This is part of a three-post series on enterprise application software over the decades, meant to serve as background to a DBMS2 post on issues in enterprise apps.
- The first lays out very general issues in understanding and subdividing this multi-faceted sector.
- The second (this one) calls out characteristics of specific application areas.
- The third discusses application software products’ underlying technology.
1. When I started as an analyst in 1981, manufacturers seemed to still be over 40% of the IT market. For them, the distinction between “cross-industry” and “vertical market” application software wasn’t necessarily clear. Indeed, ERP (Enterprise Resource Planning) can be said to have grown out of the combination of MRP and accounting software, although it never was a manufacturing-specific industry category. ERP also quickly co-opted what was briefly its own separate category, namely SCM (Supply Chain Management) software.
2. Manufacturing aside, other important early vertical markets were banking, insurance and health care. It is no coincidence that these are highly regulated industries; regulations often gave a lot of clarity as to how software should or shouldn’t work. Indeed, the original application software package category was probably general ledger, and the original general ledger packages were probably for banks rather than cross-industry.
3. Payroll processing is of course highly tied to regulation, especially in the area of state and sometimes even local taxation. It’s also one of the very oldest sectors of the computer services business, indeed predating most commercial computing. See for example the Wikipedia article on Automatic Data Processing (ADP) Inc.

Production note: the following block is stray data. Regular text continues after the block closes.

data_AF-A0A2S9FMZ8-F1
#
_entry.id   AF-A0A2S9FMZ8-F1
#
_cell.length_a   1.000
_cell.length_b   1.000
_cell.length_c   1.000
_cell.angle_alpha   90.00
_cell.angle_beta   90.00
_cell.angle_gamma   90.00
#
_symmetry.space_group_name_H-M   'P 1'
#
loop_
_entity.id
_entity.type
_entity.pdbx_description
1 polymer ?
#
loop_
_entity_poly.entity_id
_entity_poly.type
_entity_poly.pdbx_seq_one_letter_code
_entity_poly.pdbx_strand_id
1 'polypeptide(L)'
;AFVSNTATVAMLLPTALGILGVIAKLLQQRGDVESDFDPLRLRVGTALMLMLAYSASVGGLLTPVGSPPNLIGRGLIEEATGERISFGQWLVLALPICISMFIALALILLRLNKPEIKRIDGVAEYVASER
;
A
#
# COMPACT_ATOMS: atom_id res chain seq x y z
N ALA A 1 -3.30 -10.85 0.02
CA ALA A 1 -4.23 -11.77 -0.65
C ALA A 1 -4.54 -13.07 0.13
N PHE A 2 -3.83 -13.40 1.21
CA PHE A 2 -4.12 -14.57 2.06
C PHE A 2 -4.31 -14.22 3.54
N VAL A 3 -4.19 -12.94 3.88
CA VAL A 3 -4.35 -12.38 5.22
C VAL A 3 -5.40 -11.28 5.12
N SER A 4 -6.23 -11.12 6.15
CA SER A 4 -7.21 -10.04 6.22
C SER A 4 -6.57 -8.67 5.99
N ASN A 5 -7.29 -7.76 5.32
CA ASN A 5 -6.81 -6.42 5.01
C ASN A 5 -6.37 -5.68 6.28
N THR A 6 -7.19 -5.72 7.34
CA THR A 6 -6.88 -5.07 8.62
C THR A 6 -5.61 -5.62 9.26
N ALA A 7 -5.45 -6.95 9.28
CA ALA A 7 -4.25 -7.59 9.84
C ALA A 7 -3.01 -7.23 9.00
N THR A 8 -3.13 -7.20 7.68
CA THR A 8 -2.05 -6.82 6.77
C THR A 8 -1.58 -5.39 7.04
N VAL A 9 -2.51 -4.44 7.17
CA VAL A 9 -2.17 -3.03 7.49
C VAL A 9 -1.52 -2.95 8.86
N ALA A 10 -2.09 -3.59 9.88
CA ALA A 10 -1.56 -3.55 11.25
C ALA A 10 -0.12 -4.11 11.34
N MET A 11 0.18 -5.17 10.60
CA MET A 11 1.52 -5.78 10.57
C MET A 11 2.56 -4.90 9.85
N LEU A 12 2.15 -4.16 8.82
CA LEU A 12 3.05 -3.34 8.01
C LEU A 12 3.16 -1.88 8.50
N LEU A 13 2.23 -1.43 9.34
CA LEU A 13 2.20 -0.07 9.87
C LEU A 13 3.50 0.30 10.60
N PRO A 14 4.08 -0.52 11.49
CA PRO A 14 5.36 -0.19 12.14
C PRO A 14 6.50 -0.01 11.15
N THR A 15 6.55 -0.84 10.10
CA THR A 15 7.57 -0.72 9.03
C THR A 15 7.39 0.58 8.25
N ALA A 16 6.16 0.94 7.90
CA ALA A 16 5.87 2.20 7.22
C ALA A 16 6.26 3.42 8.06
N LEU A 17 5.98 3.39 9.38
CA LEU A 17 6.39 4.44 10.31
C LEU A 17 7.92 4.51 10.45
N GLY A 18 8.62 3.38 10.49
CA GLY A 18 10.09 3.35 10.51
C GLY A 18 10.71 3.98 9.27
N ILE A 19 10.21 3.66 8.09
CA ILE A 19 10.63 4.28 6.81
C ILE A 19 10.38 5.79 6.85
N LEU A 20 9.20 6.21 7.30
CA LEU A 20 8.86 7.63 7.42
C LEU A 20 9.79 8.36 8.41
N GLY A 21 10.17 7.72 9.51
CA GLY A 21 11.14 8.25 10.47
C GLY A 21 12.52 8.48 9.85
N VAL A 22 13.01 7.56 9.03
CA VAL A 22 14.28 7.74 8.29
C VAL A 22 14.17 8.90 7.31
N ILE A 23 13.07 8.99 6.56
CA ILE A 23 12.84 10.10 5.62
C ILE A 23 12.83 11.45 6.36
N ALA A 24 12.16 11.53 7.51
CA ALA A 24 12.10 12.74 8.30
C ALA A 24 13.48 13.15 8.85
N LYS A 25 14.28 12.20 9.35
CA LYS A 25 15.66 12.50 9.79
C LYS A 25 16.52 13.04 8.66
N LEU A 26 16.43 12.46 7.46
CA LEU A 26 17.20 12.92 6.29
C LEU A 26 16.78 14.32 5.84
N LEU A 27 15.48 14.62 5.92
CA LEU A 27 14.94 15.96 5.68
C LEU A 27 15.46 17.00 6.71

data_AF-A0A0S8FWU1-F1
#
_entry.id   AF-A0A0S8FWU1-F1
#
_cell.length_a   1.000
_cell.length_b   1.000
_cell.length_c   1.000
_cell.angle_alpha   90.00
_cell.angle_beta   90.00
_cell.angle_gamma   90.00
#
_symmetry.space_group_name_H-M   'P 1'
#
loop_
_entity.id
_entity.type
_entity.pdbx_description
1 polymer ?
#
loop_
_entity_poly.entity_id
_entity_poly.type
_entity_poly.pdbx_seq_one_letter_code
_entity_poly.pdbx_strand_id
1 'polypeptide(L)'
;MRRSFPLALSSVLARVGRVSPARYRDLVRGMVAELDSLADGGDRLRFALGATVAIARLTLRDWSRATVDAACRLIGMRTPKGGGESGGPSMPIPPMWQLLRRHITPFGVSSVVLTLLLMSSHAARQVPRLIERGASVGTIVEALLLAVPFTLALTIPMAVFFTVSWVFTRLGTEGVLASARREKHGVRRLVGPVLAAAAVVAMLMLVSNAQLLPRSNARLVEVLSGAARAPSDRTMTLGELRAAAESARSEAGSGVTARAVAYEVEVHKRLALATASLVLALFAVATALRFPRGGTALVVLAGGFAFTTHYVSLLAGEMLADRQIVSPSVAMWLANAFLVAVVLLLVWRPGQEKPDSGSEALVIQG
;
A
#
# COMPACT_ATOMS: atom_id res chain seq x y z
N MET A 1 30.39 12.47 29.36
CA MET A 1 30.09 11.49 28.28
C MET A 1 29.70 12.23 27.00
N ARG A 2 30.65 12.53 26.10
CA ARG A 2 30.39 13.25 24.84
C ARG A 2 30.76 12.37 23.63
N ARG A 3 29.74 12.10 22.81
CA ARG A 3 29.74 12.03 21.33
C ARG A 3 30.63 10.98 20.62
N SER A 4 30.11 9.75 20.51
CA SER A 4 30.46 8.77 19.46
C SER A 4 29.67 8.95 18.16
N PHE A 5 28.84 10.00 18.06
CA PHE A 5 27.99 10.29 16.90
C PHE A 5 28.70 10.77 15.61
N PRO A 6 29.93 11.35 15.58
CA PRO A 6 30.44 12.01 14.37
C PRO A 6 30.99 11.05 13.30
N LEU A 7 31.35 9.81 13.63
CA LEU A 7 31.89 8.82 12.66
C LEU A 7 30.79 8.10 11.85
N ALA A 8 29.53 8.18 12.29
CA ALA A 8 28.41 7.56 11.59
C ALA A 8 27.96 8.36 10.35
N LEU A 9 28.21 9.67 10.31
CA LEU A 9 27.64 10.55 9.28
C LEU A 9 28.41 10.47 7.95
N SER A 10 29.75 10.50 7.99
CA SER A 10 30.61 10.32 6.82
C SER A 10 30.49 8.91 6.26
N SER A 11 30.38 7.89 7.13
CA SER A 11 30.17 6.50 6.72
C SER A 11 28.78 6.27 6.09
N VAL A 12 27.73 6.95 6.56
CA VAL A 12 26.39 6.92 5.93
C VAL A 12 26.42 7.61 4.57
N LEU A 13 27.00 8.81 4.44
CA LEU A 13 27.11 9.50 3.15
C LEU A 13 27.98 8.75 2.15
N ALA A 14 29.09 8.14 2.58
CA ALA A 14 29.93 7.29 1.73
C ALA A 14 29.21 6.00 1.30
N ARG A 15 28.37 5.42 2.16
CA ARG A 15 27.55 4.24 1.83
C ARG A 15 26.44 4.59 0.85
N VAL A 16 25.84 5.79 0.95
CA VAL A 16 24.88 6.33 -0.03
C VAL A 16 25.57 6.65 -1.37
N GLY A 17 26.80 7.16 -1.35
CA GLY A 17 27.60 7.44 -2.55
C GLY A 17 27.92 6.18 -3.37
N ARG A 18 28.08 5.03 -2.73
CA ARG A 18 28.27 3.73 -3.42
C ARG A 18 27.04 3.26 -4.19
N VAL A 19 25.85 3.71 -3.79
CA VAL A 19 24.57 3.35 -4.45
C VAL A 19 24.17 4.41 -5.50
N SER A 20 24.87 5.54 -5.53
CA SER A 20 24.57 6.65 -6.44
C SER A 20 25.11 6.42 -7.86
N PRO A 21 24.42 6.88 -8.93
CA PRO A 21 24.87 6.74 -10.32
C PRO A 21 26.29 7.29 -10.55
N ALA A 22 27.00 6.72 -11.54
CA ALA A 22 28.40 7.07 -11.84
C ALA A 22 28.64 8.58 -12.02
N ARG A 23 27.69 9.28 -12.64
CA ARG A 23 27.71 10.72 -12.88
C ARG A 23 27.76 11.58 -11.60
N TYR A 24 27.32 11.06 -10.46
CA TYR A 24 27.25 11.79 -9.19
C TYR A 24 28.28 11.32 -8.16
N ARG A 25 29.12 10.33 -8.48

In the early days (e.g. 1960s), banks tried to compete for payroll processing business. But the independent computer services industry won.
4. Human resources software often lives in its own world, which is often but not always separate from payroll processing. Reasons include:
- HR departments often live in their own worlds.
- HR is often the most regulated part of otherwise lightly-regulated businesses.
- HR deals with stuff like employee communications, employee benefits programs, applicant tracking, which are pretty disconnected from the rest of the business’ data.
On the other hand, while Dave Duffield has started some very innovative HR-first companies — consider the names of PeopleSoft and Workday — they eventually expand(ed) into much of ERP.
5. There are of course many other kinds of department-specific applications. The biggest area is marketing, discussed below. Another set of examples is more verticalized — certain industries use certain kinds of equipment, and there’s an associated need for software. Examples include but are hardly limited to:
- Shop-floor control in manufacturing.
- Test results in medicine.
- Check scanners in commercial banking.
- Meters in electricity and other utilities.
I think this group could become much more important in the age of machine-generated data.
6. It is widely reported that marketing departments now control more IT budget than central IT does. Obviously, marketers have used technology since the earliest days of commercial computing, but the big growth started in the 1990s. Signs and triggers I recall from that decade include:
- Huge amounts of new data became available to marketers, in two waves:
- Detailed transaction tracking, via point-of-sale (POS) devices and loyalty programs, in industries such as retail and travel/lodging/gaming.
- The internet.
- Data warehousing rose, generally for marketing purposes.
- One of the industries I knew best, retailing, went from being a cheapskate IT investment laggard to an aggressive user of technology.
- When I asked business intelligence companies whether, since they thought everybody should use BI, everybody in their own company was, the answer was usually “Well, the marketing department uses a lot of BI, but the rest of the company doesn’t yet.”
Accordingly, we’ve seen the rise of several marketing-related application software categories, the first few of which got combined under the rubric CRM (Customer Relationship Management). The first of them all was arguably salesforce automation (SFA). Siebel Systems was an SFA pioneer in the 1990s, with a big assist from Andersen Consulting, which was looking to repeat its great success in SAP-related business, and then grew into the rest of the emerging CRM category.